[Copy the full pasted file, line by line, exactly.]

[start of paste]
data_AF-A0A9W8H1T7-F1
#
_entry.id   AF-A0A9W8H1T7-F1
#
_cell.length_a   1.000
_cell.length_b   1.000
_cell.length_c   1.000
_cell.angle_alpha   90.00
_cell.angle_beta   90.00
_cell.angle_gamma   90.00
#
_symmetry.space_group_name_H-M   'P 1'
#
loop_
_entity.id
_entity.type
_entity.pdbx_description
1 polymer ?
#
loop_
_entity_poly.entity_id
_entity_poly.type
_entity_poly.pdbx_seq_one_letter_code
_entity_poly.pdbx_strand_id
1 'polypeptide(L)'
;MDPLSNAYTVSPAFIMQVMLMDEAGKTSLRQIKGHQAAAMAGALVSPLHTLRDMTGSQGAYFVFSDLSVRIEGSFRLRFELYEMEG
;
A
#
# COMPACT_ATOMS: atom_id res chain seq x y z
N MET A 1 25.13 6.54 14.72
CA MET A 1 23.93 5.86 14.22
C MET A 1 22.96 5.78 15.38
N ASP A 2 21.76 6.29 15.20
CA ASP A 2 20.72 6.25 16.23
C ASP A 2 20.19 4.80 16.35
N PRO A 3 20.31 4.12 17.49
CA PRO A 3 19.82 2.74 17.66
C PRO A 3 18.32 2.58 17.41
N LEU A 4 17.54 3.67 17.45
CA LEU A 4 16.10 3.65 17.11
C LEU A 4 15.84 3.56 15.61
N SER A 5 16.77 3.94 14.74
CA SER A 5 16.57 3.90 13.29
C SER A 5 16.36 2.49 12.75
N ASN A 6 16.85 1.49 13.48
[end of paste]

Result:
data_AF-A0A9W8H1T7-F1
#
_entry.id   AF-A0A9W8H1T7-F1
#
_cell.length_a   1.000
_cell.length_b   1.000
_cell.length_c   1.000
_cell.angle_alpha   90.00
_cell.angle_beta   90.00
_cell.angle_gamma   90.00
#
_symmetry.space_group_name_H-M   'P 1'
#
loop_
_entity.id
_entity.type
_entity.pdbx_description
1 polymer ?
#
loop_
_entity_poly.entity_id
_entity_poly.type
_entity_poly.pdbx_seq_one_letter_code
_entity_poly.pdbx_strand_id
1 'polypeptide(L)'
;MDPLSNAYTVSPAFIMQVMLMDEAGKTSLRQIKGHQAAAMAGALVSPLHTLRDMTGSQGAYFVFSDLSVRIEGSFRLRFELYEMEG
;
A
#
# COMPACT_ATOMS: atom_id res chain seq x y z
N MET A 1 25.13 6.54 14.72
CA MET A 1 23.93 5.86 14.22
C MET A 1 22.96 5.78 15.38
N ASP A 2 21.76 6.29 15.20
CA ASP A 2 20.72 6.25 16.23
C ASP A 2 20.19 4.80 16.35
N PRO A 3 20.31 4.12 17.49
CA PRO A 3 19.82 2.74 17.66
C PRO A 3 18.32 2.58 17.41
N LEU A 4 17.54 3.67 17.45
CA LEU A 4 16.10 3.65 17.11
C LEU A 4 15.84 3.56 15.61
N SER A 5 16.77 3.94 14.74
CA SER A 5 16.57 3.90 13.29
C SER A 5 16.36 2.49 12.75
N ASN A 6 16.85 1.49 13.48